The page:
9. Young children’s learning of relational categories:multiple comparisons and their cognitive constraints

    Directory of Open Access Journals (Sweden)

    Jean-Pierre eThibaut

    2015-05-01

    Full Text Available Relational categories are notoriously difficult to learn because they are not defined by intrinsic stable properties. We studied the impact of comparisons on relational concept learning with a novel word learning task in 42-month-old children. Capitalizing on Gentner et al. (2011, two, three or four pairs of stimuli were introduced with a novel relational word. In a given trial, the set of pairs was composed of either close or far pairs (e.g., close pair: knife1-watermelon, knife2-orange, knife3-slice of bread and knife4-meat; far pair: ax-evergreen tree, saw-log, cutter-cardboard and knife-slice of bread, for the cutter for relation. Close pairs (2 vs. 3 vs. 4 pairs led to random generalizations whereas comparisons with far pairs gave the expected relational generalization. The 3 pair case gave the best results. It is argued that far pairs promote deeper comparisons than close pairs. As shown by a control experiment, this was the case only when far pairs display well known associations.

  10. Acoustic-Based Non-Destructive Estimation of Wood Quality Attributes within Standing Red Pine Trees

    Directory of Open Access Journals (Sweden)

    Peter F. Newton

    2017-10-01

    Full Text Available The relationship between acoustic velocity (vd and the dynamic modulus of elasticity (me, wood density (wd, microfibril angle, tracheid wall thickness (wt,, radial and tangential diameters, fibre coarseness (co and specific surface area (sa, within standing red pine (Pinus resinosa Ait. trees, was investigated. The data acquisition phase involved 3 basic steps: (1 random selection of 54 sample trees from 2 intensively-managed 80-year-old plantations in central Canada; (2 attainment of cardinal-based vd measurements transecting the breast-height position on each sample tree; and (3 felling, sectioning and obtaining cross-sectional samples from the first 5.3 m sawlog from which Silviscan-based area-weighted mean attribute estimates were determined. The data analysis phase consisted of applying graphical and correlation analyses to specify regression models for each of the 8 attribute-acoustic velocity relationships. Results indicated that viable relationships were obtained for me, wd, wt, co and sa based on a set of statistical measures: goodness-of-fit (42%, 14%, 45%, 27% and 43% of the variability explained, respectively, lack-of-fit (unbiasedness and predictive precision (±12%, ±8%, ±7%, ±8% and ±6% error tolerance intervals, respectively. Non-destructive approaches for estimating the prerequisite wd value when deploying the analytical framework were also empirically evaluated. Collectively, the proposed approach and associated results provide the foundation for the development of a comprehensive and precise end-product segregation strategy for use in red pine management.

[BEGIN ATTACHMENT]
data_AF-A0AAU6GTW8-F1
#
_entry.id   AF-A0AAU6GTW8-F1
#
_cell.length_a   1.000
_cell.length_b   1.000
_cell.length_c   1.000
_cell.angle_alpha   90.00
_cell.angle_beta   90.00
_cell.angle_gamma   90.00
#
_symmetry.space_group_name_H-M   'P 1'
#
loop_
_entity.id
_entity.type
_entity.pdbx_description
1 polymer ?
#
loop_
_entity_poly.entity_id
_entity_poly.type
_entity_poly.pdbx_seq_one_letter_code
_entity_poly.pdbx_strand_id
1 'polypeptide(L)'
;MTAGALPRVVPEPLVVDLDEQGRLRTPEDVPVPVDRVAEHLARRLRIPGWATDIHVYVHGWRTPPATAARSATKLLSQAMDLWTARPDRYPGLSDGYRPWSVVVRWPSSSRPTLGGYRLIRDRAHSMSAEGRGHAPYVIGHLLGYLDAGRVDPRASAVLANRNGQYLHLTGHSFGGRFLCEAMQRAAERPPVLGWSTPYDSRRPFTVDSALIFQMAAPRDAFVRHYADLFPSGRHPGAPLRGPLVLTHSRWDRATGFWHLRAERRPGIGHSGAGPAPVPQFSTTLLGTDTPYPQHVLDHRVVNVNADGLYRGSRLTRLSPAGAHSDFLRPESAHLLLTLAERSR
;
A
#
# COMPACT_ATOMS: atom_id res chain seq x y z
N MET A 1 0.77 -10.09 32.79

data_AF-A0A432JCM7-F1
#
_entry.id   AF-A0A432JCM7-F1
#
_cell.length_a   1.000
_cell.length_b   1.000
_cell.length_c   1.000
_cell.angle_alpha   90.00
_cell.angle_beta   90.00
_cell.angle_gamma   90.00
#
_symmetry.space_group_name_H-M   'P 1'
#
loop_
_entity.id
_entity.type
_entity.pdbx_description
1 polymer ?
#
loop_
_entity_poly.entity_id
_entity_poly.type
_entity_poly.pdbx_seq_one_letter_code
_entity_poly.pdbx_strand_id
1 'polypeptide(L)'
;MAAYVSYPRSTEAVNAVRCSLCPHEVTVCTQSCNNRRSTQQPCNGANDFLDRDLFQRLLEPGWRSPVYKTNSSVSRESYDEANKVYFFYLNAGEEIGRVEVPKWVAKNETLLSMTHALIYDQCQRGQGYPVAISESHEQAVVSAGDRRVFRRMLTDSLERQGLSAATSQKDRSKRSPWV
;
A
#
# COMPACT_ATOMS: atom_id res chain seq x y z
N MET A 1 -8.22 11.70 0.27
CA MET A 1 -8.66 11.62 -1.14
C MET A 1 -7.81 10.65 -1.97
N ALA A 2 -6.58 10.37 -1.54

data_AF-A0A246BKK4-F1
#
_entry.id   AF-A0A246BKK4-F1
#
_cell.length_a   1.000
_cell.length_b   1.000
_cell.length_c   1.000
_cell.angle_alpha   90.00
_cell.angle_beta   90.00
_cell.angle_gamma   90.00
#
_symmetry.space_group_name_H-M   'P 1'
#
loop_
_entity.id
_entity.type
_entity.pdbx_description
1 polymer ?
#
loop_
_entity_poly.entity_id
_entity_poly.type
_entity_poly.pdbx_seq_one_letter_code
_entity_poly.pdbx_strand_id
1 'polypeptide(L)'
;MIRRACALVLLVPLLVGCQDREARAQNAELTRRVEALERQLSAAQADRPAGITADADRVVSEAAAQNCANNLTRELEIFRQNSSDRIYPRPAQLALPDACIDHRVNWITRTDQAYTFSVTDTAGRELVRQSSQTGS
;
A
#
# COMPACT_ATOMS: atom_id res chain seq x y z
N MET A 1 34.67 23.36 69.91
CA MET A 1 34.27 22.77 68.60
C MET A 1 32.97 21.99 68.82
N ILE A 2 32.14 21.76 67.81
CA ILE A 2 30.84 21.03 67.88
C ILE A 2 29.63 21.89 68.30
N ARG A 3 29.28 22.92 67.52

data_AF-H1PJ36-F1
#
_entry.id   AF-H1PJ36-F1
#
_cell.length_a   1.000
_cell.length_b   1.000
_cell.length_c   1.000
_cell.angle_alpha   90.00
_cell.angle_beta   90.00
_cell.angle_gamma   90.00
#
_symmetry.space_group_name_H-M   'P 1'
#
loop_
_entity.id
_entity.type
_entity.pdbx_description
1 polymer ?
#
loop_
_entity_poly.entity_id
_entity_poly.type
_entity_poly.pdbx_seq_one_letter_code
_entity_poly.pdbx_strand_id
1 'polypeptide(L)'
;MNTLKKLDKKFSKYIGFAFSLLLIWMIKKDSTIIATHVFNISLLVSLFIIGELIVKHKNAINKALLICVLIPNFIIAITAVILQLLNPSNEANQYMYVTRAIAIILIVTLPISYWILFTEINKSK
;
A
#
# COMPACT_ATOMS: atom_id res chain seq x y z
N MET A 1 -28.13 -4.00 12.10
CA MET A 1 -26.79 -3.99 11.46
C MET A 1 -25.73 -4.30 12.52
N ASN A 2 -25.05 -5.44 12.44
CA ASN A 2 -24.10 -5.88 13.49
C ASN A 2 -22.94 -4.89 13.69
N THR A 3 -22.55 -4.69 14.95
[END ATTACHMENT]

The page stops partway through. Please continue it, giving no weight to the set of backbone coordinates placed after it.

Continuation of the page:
11. Evaluating Double Entry Logging for Forest Residue Recovery in Southwestern Oregon.

    Energy Technology Data Exchange (ETDEWEB)

    Brown, Lawrence F.; Craig, Linda S.; Buscaglia, Phillip

    1985-09-01